Right up there with Madeline and Ramona Quimby, children鈥檚 book star Eloise and her life at the Plaza Hotel is an adorable classic. But if you鈥檙e looking for a modern update to that classic (beyond New York Magazine鈥榮 2013 account of the midtown tot鈥檚 move to Brooklyn) then you have to meet Ella. She also lives in a hotel, but she鈥檚 hip to tech, fashion and even has a manny. No matter what age you are, she鈥檒l quickly become your new role model鈥 and she hasn鈥檛 even cleared elementary school.

Writer Mallory Kasdan and illustrator Marcos Chin made Ella鈥檚 life a sort of hipster tribute to Eloise鈥檚, but make no mistake: Ella is her own (young) woman. When she鈥檚 not performing in a drum circle, doing yoga or DIYing, she鈥檚 figuring out what鈥檚 up with the hotel WiFi and studying to get into an Ivy League school.


You can buy this gorgeous picture book for your kiddos or yourself tomorrow (we鈥檇 totally buy it as a coffee table book, no joke). But you don鈥檛 have to wait a single second to get acquainted with this modern classic. We interviewed Mallory and Marcos about the inspirations behind Ella.

The Author, Mallory Kasden

1. Where did the idea for Ella come from?

It was at my birthday a few summers ago. We were at this groovy hotel in Brooklyn, and I was picturing my daughter, who was six at the time, riding her scooter through the decidedly non-kid-friendly rooftop bar, where everything was just so perfectly Brooklyn-esque, and I realized that if six-year-old Eloise from the Plaza was to show up in 2015 that she would surely be living in this type of super hip spot, bossing people around and having appropriately modern adventures.


2. Other than the hotel setting, are there any other quirks from Eloise that inspired Ella?

Ella hangs out exclusively with adults, so like Eloise, her daily worldview has a sophisticated flavor to it. She repeats things the grownups around her say without knowing quite what they mean and her hobbies and habits reflect her rarified life.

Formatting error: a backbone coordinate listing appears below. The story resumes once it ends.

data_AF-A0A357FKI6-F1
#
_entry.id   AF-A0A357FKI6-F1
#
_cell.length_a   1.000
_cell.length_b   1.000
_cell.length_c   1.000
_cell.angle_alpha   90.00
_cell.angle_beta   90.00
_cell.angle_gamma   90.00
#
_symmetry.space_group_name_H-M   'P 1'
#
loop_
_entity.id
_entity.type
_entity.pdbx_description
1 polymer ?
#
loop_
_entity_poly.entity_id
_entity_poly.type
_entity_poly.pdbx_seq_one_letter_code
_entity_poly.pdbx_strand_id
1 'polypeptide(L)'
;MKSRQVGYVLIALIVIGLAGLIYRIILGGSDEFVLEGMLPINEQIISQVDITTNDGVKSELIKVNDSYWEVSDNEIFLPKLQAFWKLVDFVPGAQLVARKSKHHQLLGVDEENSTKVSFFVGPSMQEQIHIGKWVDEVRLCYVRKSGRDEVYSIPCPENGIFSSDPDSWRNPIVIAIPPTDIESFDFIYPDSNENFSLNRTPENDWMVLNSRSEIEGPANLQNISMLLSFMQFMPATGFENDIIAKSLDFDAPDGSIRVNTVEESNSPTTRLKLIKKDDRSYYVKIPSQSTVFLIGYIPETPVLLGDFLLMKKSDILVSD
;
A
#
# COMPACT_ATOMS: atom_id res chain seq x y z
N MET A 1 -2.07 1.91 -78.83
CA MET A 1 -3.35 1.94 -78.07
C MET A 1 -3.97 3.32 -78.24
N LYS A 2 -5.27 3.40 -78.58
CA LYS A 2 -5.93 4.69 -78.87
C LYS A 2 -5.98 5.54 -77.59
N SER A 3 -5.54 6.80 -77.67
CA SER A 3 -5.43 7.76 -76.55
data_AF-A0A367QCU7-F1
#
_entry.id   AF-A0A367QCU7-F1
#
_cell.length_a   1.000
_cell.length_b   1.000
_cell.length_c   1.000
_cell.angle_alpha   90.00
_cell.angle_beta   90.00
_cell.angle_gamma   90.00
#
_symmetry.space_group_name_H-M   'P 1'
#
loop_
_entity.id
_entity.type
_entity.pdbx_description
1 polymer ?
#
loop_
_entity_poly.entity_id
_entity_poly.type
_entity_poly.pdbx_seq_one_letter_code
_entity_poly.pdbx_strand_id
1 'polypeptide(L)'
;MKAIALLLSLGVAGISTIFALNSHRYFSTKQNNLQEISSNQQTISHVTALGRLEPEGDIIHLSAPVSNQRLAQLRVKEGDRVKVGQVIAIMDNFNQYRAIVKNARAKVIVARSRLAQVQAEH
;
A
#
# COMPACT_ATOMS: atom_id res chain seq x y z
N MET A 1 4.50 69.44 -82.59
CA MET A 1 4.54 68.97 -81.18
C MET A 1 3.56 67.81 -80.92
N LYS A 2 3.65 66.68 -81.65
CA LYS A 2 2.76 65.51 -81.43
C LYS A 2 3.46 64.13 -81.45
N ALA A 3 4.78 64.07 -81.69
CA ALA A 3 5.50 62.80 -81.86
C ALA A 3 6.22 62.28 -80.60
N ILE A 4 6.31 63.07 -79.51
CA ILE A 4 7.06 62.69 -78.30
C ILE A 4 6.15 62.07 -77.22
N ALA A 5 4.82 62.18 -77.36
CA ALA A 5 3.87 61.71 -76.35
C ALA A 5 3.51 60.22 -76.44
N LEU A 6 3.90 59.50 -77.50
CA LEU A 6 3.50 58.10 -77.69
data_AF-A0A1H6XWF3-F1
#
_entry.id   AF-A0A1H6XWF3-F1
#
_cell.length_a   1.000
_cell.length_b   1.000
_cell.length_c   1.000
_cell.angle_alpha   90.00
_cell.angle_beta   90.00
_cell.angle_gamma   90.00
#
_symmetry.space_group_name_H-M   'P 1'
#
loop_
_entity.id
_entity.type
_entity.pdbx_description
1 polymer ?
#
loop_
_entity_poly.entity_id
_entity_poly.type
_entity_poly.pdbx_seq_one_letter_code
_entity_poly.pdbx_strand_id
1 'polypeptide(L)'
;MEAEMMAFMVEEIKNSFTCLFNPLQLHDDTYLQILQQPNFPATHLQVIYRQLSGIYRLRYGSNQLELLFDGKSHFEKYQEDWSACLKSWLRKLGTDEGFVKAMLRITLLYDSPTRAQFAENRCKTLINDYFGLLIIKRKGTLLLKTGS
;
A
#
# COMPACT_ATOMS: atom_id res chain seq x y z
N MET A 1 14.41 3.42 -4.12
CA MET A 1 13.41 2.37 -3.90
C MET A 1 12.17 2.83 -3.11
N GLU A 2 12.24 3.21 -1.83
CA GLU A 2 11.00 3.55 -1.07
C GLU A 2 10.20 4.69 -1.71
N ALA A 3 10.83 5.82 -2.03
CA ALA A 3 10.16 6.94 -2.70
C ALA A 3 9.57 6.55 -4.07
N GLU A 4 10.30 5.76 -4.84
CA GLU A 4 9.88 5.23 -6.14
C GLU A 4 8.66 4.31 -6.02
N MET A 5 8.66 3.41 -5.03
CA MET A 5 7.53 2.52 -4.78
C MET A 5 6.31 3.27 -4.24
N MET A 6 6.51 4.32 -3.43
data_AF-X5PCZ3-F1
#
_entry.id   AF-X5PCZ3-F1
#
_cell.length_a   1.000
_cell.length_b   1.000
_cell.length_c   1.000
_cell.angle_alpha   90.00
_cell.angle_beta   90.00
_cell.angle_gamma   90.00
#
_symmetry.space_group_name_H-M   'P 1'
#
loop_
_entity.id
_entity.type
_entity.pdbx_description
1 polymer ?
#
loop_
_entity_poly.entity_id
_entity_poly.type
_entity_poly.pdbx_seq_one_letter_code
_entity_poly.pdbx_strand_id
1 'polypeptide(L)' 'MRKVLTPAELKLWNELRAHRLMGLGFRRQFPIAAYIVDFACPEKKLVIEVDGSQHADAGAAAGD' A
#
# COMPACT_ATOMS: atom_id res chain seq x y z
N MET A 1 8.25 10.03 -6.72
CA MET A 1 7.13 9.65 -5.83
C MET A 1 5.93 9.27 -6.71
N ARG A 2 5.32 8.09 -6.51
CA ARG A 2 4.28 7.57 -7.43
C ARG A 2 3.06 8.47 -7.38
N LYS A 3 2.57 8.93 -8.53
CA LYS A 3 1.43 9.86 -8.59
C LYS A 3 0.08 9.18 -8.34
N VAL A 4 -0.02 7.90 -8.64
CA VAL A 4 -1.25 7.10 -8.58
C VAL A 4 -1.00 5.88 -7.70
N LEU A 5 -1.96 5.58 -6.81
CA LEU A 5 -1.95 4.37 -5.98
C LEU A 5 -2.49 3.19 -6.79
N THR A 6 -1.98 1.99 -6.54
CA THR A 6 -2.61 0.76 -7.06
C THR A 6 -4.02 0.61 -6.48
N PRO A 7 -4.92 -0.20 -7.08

Eloise lives among the hotel archetypes of the 1950s 鈥 the formality of ballroom weddings, afternoon tea, of elevator operators and a grand lobby culture. Instead of professional concierges or bellhops or career waiters, the adults in Ella tend more toward the kinds of young hipster writer, actress, bootlegger, entrepreneur types that Brooklyn has become famous for, which I think makes for a fun and contrasting update on the original.

Beyond that of course, Ella and Eloise share an inherent self-confidence, a taste for the finer things in life and that six-year-old enthusiasm that cannot be squashed.


3. Why do you think the world of children鈥檚 literature needed Ella?

I live in Brooklyn and love it dearly but at times it all becomes a little precious. We have to laugh at ourselves sometimes otherwise we will slowly go insane. For that reason, parody is a great tool to capture a moment in time. I also think Ella lives in this very visually diverse and culturally rich world, and that鈥檚 fun for all kids and adults to see who maybe don鈥檛 live in a place like The Local Hotel.

I love that Ella doesn鈥檛 know how unusual her life is. She doesn鈥檛 know that the wedding she attends between two men is something that wouldn鈥檛 have happened in the 鈥50s. She doesn鈥檛 realize that it鈥檚 not normal to be 鈥渉otel schooled.鈥 It鈥檚 just her daily life, and I think it鈥檚 fun for readers to imagine how unusual that life actually is in comparison with their own.

4. What characters in children鈥檚 books inspired you as a kid?